Social Security COLA Increase of About 1.5 Percent
Now Expected on October 30
The cost-of-living allowance for seniors and others
on Social Security was delayed due to ‘lapse in funding’ by Department
of Labor’s CPI determination
Oct. 18, 2013 – Senior citizens and others on
Medicare will find out their pay increase for 2014 on Wednesday, October
30. The Department of Labor says that is the day it will release the
Consumer Price Index for September, which is the last number needed to
calculate the cost-of-living adjustment (COLA) for 2014. Current
estimates are an increase of 1.4 or 1.5 percent.
"The Consumer Price
Index, September 2013, will be released at 8:30 a.m. on Oct. 30,” says
the Bureau of Labor Statistics news
release. “It was originally scheduled for Oct. 16. The index is a
measure of the average change over time in the prices paid by urban
consumers for a market basket of consumer goods and services.”
The release was delayed
because of the “lapse in appropriations” during the government shutdown.
Social Security Act specifies a formula for determining each COLA.
According to the formula, COLAs are based on increases in the Consumer
Price Index for Urban Wage Earners and Clerical Workers (CPI-W). CPI-Ws
are calculated on a monthly basis by the Bureau of Labor Statistics.
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A COLA effective for December of the current year
is equal to the percentage increase (if any) in the average CPI-W for
the third quarter of the current year over the average for the third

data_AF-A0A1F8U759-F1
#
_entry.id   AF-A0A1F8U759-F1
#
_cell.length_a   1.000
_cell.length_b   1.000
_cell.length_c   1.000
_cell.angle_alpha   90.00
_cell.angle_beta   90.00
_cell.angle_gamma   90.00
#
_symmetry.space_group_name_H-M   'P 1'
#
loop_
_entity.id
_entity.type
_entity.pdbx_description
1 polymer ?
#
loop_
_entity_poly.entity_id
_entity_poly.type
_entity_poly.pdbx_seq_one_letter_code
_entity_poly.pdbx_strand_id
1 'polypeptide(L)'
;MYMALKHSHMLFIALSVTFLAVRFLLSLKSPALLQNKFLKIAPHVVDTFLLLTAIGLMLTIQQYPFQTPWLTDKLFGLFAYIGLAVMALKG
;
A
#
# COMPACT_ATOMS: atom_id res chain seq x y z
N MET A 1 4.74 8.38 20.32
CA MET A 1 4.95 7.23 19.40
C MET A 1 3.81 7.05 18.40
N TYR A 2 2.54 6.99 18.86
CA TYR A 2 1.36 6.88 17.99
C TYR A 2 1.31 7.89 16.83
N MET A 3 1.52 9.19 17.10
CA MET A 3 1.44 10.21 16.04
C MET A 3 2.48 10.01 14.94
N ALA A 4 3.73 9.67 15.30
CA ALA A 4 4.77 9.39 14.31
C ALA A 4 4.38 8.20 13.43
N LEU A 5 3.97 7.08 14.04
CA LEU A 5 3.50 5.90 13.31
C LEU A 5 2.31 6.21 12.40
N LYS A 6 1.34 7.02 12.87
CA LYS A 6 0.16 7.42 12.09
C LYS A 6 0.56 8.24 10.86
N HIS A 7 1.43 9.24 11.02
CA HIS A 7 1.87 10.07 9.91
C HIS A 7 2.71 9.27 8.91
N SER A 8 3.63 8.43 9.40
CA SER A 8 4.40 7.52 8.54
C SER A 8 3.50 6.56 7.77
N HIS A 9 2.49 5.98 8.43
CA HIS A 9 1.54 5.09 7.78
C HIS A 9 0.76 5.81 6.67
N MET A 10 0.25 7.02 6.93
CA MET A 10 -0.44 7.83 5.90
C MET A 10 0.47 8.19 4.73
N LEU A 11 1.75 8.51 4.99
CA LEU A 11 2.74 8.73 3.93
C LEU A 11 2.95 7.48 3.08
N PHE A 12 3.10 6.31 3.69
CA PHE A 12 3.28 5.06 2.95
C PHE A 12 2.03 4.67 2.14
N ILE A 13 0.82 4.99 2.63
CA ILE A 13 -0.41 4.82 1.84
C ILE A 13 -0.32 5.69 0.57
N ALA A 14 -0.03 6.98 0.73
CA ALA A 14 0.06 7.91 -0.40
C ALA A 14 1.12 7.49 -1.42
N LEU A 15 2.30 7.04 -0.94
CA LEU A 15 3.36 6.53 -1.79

quarter of the last year in which a COLA became effective.
If there is an increase, it must be rounded to the
nearest tenth of one percent. If there is no increase, or if the rounded
increase is zero, there is no COLA.
Assuming there will be an increase in the COLA,
benefits will increase beginning with the December 2013 benefits, which
are payable in January 2014. Federal SSI payment levels will also
increase by the same percent effective for payments made for January
2014. Because the normal SSI payment date is the first of the month and
January 1 is a holiday, the SSI payments for January are always made at
the end of the previous December.
With only the cost of living change for September
to go to complete the calculation, the 2014 COLA is expected be about
1.5%, although recent predictions have placed it even lower.
If 1.5% proves to be correct, then the average COLA
paid over the past five years was will be 1.4%, according to Shannon
Benton, Executive Director of The Senior Citizens League.
“This would be a record low period since the COLA
became automatic,” she adds.
“The purpose of the COLA,” according to SSA, “is to
ensure that the purchasing power of Social Security and Supplemental
Security Income (SSI) benefits is not eroded by inflation. It is based
on the percentage increase in the Consumer Price Index for Urban Wage
Earners and Clerical Workers (CPI-W) from the third quarter of the last
year a COLA was determined to the third quarter of the current year. If
there is no increase, there can be no COLA.”
This year, there is also concern among senior
citizens and their advocates about the possible change of the CPI, since
President Obama suggested earlier that the annual COLA should be based
on an inflation measure known as the “Chained CPI.” Identified as
he chained CPI, according to AARP, “measures living
costs differently because it assumes that when prices for one thing go
up, people sometimes settle for cheaper substitutes (if beef prices go
up, for example, they'll buy more chicken and less beef).
“Bottom line: Cost-of-living adjustments would be
lower with the chained CPI than with the plain old CPI. So depending on
which formula is used, the amount of your Social Security payments could
change over time.
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